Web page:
The Spymistress by
Publication Date: 2013-10-01
Born to slave-holding aristocracy in Richmond, Virginia, and educated by Northern Quakers, Elizabeth Van Lew was a paradox of her time. When her native state seceded in April 1861, Van Lew’s convictions compelled her to defy the new Confederate regime. Pledging her loyalty to the Lincoln White House, her courage would never waver, even as her wartime actions threatened not only her reputation, but also her life. Van Lew’s skills in gathering military intelligence were unparalleled. She helped to construct the Richmond Underground and orchestrated escapes from the infamous Confederate Libby Prison under the guise of humanitarian aid. Her spy ring’s reach was vast, from clerks in the Confederate War and Navy Departments to the very home of Confederate President Jefferson Davis. Although Van Lew was inducted posthumously into the Military Intelligence Hall of Fame, the astonishing scope of her achievements has never been widely known.
The Girls in the Picture by
Publication Date: 2018-01-16
It is 1914, and twenty-five-year-old Frances Marion has left her (second) husband and her Northern California home for the lure of Los Angeles, where she is determined to live independently as an artist. But the word on everyone's lips these days is "flickers"-the silent moving pictures enthralling theatergoers. In this fledgling industry, Frances finds her true calling- writing stories for this wondrous new medium. She also makes the acquaintance of actress Mary Pickford. The two ambitious young women hit it off instantly, their kinship fomented by their mutual fever to create, to move audiences to a frenzy, to start a revolution. But their ambitions are challenged both by the men around them and the limitations imposed on their gender-and their astronomical success could come at a price.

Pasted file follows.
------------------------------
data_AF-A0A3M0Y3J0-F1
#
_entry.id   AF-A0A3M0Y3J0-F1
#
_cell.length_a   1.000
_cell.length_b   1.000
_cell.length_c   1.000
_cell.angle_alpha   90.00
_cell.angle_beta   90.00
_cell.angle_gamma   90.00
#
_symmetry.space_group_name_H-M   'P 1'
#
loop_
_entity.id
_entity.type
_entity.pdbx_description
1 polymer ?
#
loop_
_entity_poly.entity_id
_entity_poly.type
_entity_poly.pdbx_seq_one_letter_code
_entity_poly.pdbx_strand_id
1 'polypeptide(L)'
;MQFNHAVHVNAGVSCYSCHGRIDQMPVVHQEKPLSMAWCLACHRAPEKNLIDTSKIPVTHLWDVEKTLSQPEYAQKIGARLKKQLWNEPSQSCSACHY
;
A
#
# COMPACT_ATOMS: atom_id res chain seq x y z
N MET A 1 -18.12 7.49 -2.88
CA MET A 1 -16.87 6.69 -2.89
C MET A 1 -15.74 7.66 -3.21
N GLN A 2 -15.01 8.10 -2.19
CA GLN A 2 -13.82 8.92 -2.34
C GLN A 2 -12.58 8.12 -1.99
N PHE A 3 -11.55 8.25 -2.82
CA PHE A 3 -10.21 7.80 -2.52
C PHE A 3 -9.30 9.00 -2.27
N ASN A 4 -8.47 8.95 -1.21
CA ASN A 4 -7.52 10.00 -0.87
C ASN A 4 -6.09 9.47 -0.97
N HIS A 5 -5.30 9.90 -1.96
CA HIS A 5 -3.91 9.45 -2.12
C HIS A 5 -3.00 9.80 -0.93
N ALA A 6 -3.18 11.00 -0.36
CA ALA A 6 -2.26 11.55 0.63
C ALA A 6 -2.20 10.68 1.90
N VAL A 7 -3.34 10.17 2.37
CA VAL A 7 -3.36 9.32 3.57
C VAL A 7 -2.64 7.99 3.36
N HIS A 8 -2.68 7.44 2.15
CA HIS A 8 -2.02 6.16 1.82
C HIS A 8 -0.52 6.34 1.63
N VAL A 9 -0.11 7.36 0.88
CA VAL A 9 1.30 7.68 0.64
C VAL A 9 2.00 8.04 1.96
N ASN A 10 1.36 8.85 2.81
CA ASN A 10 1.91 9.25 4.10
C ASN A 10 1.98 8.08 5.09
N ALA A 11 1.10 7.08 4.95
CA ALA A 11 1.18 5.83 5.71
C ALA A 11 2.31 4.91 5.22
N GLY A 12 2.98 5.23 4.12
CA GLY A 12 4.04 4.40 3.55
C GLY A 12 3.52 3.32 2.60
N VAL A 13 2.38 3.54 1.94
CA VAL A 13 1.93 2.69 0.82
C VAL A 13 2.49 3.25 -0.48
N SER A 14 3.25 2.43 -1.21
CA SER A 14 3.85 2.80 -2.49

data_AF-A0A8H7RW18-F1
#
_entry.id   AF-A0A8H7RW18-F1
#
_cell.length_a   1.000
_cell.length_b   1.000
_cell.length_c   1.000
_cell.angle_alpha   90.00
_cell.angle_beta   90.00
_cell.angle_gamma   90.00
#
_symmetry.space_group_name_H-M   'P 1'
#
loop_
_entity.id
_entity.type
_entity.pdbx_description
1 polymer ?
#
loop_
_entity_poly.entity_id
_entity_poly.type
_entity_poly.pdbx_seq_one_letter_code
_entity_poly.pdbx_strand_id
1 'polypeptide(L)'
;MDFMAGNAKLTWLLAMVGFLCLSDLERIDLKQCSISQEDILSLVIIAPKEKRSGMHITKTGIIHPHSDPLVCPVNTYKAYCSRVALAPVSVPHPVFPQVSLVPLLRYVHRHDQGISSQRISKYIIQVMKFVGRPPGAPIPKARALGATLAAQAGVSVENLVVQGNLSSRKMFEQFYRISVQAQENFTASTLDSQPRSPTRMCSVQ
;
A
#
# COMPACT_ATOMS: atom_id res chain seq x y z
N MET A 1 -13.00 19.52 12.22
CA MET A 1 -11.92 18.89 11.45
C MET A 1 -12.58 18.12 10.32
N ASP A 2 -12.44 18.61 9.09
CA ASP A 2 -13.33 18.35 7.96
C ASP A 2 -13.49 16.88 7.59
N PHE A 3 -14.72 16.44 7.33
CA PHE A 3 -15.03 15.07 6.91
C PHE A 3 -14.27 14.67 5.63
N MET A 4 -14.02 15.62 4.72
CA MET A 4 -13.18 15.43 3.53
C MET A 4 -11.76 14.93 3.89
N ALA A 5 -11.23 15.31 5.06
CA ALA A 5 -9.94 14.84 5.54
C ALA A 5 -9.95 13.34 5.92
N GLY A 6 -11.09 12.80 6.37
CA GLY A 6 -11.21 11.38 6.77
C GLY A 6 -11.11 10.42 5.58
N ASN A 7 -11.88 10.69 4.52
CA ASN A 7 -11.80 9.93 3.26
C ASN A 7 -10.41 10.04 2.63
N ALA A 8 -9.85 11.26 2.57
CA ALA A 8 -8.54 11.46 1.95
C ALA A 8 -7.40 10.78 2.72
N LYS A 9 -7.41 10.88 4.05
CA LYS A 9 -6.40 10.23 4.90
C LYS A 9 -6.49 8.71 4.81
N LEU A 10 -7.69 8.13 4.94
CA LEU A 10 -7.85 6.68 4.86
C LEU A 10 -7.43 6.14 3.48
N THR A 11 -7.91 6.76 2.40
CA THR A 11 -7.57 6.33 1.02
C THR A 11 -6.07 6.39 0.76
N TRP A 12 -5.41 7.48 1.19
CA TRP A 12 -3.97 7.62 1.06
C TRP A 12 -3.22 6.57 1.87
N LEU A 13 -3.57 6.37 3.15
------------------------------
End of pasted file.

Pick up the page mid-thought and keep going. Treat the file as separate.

America's First Daughter by
Publication Date: 2016-03-01
The untold story of Thomas Jefferson's eldest daughter, Martha "Patsy" Jefferson Randolph--a woman who kept the secrets of our most enigmatic founding father and shaped an American legacy. From her earliest days, Patsy Jefferson knows that though her father loves his family dearly, his devotion to his country runs deeper still. As Thomas Jefferson's oldest daughter, she becomes his helpmate, protector, and constant companion in the wake of her mother's death, traveling with him when he becomes American minister to France. It is in Paris that fifteen-year-old Patsy learns about her father's troubling liaison with Sally Hemings, a slave girl her own age. Meanwhile, Patsy has fallen in love--with her father's protégé William Short, a staunch abolitionist and ambitious diplomat. Torn between love, principles, and the bonds of family, Patsy questions whether she can choose a life as William's wife and still be a devoted daughter. As scandal, tragedy, and poverty threaten her family, Patsy must decide how much she will sacrifice to protect her father's reputation, in the process defining not just his political legacy, but that of the nation he founded.